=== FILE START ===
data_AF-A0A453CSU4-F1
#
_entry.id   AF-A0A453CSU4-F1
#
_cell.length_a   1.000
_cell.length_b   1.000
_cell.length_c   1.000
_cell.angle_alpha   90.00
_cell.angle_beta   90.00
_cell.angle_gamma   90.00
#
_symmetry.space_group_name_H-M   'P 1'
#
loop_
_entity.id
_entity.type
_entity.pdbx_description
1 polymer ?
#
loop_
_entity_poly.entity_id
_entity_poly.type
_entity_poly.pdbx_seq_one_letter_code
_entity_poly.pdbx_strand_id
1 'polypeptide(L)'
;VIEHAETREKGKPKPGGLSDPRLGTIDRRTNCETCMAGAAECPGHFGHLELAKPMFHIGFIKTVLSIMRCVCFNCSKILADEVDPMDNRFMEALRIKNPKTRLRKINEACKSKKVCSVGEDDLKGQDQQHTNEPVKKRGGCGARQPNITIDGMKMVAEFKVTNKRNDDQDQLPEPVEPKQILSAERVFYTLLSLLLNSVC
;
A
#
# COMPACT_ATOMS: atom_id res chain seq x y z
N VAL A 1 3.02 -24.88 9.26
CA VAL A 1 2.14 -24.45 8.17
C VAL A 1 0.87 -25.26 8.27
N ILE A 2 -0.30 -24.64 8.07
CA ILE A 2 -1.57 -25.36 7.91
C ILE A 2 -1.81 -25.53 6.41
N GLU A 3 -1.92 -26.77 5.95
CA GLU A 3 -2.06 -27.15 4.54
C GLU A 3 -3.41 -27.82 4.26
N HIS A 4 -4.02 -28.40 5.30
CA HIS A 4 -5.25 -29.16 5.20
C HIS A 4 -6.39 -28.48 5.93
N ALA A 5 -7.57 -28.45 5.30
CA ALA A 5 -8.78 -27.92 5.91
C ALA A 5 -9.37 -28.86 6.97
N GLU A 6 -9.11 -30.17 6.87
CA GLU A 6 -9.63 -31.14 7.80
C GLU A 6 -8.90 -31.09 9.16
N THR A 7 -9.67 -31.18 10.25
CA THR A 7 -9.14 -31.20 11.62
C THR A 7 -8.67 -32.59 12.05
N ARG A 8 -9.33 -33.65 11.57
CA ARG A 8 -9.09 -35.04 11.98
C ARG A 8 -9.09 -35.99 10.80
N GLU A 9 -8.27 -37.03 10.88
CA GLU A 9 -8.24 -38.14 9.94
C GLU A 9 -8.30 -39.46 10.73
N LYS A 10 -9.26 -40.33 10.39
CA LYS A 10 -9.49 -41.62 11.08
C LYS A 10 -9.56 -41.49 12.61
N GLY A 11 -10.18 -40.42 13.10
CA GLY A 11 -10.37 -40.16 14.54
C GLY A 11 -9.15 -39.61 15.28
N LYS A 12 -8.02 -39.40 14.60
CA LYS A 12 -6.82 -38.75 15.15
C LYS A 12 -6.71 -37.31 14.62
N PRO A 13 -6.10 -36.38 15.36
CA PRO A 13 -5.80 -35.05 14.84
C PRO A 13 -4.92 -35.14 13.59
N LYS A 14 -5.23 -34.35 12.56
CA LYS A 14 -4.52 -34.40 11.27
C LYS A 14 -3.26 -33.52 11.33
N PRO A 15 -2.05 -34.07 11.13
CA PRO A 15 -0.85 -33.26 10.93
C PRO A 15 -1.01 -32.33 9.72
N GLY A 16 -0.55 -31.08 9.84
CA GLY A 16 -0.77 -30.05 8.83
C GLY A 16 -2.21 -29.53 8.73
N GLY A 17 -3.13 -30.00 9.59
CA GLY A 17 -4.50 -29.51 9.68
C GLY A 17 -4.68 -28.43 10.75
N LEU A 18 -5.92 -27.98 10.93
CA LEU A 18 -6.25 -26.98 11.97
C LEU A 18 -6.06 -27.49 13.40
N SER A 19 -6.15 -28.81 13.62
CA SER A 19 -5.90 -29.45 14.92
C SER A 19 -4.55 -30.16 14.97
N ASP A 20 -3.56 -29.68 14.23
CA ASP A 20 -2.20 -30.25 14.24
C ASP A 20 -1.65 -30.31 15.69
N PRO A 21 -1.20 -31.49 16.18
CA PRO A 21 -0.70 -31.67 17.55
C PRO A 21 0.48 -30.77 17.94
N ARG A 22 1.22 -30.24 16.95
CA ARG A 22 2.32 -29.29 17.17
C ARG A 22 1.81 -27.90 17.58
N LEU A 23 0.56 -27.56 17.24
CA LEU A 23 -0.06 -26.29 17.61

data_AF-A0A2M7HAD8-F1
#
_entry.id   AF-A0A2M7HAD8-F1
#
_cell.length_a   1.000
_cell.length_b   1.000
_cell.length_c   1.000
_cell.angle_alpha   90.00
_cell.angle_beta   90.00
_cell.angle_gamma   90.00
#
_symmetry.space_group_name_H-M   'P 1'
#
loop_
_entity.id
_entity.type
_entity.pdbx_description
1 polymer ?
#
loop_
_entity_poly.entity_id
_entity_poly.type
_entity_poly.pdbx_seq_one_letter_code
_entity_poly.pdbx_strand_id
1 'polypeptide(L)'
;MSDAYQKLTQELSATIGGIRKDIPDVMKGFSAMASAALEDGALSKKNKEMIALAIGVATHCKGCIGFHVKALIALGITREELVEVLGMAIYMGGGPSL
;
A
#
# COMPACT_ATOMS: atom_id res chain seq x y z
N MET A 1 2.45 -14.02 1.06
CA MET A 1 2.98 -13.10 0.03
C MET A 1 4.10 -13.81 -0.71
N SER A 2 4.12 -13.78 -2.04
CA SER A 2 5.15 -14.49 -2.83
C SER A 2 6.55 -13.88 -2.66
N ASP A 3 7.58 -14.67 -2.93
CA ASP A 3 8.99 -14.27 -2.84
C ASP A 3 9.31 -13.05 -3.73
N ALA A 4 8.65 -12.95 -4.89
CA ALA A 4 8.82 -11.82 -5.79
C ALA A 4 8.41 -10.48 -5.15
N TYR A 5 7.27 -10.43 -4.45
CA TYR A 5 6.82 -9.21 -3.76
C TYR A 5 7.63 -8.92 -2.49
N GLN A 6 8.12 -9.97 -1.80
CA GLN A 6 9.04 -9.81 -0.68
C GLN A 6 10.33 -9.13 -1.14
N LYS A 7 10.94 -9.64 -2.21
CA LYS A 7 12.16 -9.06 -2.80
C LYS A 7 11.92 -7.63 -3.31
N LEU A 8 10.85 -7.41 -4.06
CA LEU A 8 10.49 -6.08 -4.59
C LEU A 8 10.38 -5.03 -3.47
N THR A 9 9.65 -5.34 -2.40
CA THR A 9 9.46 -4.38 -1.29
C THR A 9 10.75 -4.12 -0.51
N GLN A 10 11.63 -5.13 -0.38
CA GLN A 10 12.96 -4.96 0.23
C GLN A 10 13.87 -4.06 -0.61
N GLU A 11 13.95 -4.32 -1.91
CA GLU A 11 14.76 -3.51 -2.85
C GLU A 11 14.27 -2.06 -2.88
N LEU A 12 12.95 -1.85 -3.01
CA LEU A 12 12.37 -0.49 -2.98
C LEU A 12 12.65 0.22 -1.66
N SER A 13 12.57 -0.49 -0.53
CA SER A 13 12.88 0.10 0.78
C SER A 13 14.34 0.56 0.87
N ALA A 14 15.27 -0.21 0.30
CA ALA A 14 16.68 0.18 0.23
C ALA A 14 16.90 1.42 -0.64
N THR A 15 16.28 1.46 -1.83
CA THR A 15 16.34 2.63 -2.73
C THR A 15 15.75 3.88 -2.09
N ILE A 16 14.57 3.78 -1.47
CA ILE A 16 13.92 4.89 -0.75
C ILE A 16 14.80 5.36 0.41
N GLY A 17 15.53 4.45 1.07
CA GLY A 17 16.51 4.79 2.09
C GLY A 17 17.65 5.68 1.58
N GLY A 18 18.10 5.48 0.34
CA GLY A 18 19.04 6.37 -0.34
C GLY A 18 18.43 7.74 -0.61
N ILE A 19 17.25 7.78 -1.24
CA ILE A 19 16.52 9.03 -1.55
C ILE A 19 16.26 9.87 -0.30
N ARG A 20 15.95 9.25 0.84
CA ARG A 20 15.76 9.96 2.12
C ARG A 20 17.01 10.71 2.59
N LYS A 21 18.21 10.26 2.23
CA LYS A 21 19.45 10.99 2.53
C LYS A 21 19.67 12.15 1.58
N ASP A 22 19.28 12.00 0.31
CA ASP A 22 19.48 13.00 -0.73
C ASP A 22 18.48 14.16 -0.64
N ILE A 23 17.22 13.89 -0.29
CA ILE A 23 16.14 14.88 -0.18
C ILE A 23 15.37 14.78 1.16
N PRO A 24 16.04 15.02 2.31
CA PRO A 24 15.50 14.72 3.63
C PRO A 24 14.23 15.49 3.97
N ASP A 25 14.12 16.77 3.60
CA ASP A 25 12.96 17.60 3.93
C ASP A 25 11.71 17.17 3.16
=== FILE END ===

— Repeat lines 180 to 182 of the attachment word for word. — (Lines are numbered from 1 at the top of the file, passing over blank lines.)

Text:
N GLY A 18 18.10 5.48 0.34
CA GLY A 18 19.04 6.37 -0.34
C GLY A 18 18.43 7.74 -0.61